Complex analysis is the study of functions that live in the complex plane, i.e. functions that have complex arguments and complex outputs. In order to study the behavior of such functions we’ll need to first understand the basic objects involved, namely the complex numbers. We’ll begin with some history: When and why were complex numbers invented? Was it the need for a solution of the equation x^2 = -1 that brought the field of complex analysis into being, or were there other reasons? Once we’ve answered these questions we’ll devote some time to learn about basic properties of complex numbers that will make it possible for us to use them in more advanced settings later on. We will learn how to do basic algebra with these numbers, how they behave in limiting processes, etc. These facts enable us to begin the study of complex functions, and at this point we can already understand the basics about the construction of the Mandelbrot set and Julia sets (if you have never heard of
these that’s quite alright, but do look at
http://en.wikipedia.org/wiki/Mandelbrot_set for example to see some
When studying functions we are often interested in their local behavior, more specifically, in how functions change as their argument changes. This leads us to studying complex differentiation – a more powerful concept than that which we learned in calculus. Don’t worry! We’ll help you remember facts from calculus in case you have forgotten. After this exploration we will be ready to meet the main players: analytic functions. These are functions that possess complex derivatives in lots of places, a fact which endows these functions with some of the most beautiful properties mathematics has to offer. We’ll explore these properties!
Who would want to differentiate without being able to undo it? Clearly we’ll have to learn about integration as well. But we are in the complex plane, so what are the objects we’ll integrate over? Curves! We’ll study these as well, and we’ll tie everything together via Cauchy’s beautiful and all encompassing integral theorem and formula.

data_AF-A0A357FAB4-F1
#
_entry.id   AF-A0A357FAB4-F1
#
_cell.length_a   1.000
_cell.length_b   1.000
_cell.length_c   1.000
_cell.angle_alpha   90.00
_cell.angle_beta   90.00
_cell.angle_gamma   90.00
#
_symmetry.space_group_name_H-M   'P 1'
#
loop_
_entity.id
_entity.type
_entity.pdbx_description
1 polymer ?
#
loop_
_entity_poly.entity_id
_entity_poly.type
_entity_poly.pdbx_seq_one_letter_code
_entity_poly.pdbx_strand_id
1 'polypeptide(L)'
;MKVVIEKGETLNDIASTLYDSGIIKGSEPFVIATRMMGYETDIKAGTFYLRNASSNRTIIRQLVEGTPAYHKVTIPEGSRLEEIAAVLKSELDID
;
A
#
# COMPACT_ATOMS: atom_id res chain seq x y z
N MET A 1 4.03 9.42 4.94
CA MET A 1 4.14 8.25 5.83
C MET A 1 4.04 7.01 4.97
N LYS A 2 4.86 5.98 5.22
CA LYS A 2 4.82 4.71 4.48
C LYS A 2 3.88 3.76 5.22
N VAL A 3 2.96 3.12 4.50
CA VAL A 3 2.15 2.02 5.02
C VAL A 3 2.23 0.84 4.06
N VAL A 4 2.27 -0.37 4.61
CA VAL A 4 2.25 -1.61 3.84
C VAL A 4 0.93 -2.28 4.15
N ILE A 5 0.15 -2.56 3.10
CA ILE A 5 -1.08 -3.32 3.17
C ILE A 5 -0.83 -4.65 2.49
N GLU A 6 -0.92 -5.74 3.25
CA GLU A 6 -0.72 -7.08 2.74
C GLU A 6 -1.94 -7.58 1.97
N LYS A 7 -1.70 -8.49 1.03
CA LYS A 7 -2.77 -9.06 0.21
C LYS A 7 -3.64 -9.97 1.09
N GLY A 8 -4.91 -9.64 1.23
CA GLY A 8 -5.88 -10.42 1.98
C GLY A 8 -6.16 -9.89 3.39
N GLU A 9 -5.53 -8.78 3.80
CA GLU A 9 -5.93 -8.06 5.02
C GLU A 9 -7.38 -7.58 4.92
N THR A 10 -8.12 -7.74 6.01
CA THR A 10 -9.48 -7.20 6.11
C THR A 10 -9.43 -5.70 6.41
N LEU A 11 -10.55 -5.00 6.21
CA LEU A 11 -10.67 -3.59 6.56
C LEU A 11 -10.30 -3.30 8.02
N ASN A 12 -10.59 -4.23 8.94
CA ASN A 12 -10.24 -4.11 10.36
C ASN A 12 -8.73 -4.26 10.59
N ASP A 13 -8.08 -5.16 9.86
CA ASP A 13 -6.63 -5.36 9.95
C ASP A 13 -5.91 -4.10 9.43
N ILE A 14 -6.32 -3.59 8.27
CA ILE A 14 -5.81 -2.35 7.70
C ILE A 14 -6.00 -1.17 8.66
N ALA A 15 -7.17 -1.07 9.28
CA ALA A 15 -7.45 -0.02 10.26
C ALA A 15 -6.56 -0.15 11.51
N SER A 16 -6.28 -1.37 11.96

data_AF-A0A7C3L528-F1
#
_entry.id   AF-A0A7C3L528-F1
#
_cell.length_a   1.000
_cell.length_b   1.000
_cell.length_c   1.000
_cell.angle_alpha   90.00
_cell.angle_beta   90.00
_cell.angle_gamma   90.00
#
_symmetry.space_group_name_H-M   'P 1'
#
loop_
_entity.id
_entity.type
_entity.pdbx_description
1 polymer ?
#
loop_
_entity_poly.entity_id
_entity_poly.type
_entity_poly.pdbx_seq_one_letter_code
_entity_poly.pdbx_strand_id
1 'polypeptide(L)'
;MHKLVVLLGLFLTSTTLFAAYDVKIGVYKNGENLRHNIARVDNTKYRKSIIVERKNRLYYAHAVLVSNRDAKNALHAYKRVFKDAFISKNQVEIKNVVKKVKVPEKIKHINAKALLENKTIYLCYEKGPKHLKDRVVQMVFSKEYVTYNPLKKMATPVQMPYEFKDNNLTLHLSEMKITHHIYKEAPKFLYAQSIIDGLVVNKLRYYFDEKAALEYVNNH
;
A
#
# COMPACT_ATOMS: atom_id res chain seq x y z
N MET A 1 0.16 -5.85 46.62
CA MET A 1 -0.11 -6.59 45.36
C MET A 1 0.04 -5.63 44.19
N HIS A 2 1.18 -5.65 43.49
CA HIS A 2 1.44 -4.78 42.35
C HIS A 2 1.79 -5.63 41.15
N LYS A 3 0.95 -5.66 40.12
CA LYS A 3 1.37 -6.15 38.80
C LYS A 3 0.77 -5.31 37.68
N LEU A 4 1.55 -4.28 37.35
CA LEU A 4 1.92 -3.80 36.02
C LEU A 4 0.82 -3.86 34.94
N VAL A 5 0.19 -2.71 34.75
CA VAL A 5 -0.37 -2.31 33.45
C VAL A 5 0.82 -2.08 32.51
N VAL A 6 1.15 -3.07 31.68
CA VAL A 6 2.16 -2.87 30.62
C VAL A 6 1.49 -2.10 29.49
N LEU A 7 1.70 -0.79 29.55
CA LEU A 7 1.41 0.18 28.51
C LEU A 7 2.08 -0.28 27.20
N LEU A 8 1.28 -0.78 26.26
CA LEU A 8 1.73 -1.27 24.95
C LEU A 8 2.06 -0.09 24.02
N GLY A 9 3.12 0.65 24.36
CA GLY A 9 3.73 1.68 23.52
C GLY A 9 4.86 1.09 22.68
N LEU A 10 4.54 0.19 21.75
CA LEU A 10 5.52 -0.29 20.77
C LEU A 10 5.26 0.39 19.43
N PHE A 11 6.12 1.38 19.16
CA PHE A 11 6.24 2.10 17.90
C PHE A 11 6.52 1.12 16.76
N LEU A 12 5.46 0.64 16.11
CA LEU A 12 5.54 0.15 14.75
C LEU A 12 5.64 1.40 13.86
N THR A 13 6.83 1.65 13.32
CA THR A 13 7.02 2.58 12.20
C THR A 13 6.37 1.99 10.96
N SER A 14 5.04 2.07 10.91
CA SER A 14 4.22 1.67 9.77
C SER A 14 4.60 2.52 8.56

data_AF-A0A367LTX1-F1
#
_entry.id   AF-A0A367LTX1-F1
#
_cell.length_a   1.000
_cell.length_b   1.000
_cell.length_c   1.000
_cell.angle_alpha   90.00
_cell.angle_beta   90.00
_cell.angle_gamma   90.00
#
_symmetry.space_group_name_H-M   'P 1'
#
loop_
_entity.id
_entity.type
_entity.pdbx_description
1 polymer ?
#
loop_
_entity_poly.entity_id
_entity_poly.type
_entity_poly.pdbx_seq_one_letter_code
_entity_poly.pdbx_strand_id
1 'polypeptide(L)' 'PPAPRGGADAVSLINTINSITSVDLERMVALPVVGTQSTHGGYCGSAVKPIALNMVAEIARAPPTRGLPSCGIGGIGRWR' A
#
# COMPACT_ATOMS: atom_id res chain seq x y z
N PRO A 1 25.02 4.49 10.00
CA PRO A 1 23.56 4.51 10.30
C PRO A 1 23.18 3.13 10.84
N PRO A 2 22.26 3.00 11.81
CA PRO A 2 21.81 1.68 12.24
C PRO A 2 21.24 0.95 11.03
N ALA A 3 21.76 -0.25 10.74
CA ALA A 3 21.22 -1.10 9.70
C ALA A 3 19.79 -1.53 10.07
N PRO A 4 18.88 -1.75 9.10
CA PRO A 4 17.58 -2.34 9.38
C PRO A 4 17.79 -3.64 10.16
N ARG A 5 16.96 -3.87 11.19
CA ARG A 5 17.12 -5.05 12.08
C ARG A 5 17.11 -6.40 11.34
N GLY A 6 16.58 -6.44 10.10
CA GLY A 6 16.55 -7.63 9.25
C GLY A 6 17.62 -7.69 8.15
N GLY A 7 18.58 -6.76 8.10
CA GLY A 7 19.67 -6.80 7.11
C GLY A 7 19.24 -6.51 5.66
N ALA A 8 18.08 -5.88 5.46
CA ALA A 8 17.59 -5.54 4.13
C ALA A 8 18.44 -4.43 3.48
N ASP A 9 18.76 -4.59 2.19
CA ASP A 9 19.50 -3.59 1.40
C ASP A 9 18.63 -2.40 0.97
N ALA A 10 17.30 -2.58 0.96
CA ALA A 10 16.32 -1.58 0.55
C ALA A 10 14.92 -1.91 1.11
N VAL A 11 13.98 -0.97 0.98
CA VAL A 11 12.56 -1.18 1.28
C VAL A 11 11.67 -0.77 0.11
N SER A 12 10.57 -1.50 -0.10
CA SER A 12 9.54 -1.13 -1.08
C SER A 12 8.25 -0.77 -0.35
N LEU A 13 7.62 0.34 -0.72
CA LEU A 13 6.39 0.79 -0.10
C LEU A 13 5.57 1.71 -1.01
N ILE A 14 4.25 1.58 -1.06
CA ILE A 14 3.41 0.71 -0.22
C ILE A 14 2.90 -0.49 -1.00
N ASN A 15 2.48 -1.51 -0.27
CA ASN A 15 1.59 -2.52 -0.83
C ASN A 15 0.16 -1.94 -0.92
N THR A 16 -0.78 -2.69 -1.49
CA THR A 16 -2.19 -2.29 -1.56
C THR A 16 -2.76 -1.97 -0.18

Throughout this course we'll tell you about some of the major theorems in the field (even if we won't be able to go into depth about them) as well as some outstanding conjectures.
Week One: Introduction to complex numbers, their geometry and algebra, working with complex numbers.
Week Two: The Mandelbrot set, Julia sets, a famous outstanding conjecture, history of complex numbers, sequences of complex numbers and convergence, complex functions.
Week Three: Complex differentiation and the Cauchy-Riemann equations.
Week Four: Conformal mappings, Möbius transformations and the Riemann mapping theorem.
Week Five: Complex integration, Cauchy-Goursat theorem, Cauchy integral formula, Liouville's Theorem, maximum principle, fundamental theorem of algebra.
Week Six: Power series representation of analytic functions, singularities, the Riemann zeta function, Riemann hypothesis, relation to prime numbers.
MOOCs stand for Massive Open Online Courses. These arefree online courses from universities around the world (eg. StanfordHarvardMIT) offered to anyone with an internet connection.
How do I register?
To register for a course, click on "Go to Class" button on the course page. This will take you to the providers website where you can register for the course.
How do these MOOCs or free online courses work?
MOOCs are designed for an online audience, teaching primarily through short (5-20 min.) pre recorded video lectures, that you watch on weekly schedule when convenient for you. They also have student discussion forums, homework/assignments, and online quizzes or exams.
It was a very informative class. Besides the analytics of complex numbers, we learned to communicate our reasoning and to plot graphs in the complex plane, which was rated by some of our classmates (peer grading). We also were shown how to plot Julia sets, extremely nice pictures.
Dr. Bonfert-Taylor explained all topics in an understandable and friendly way.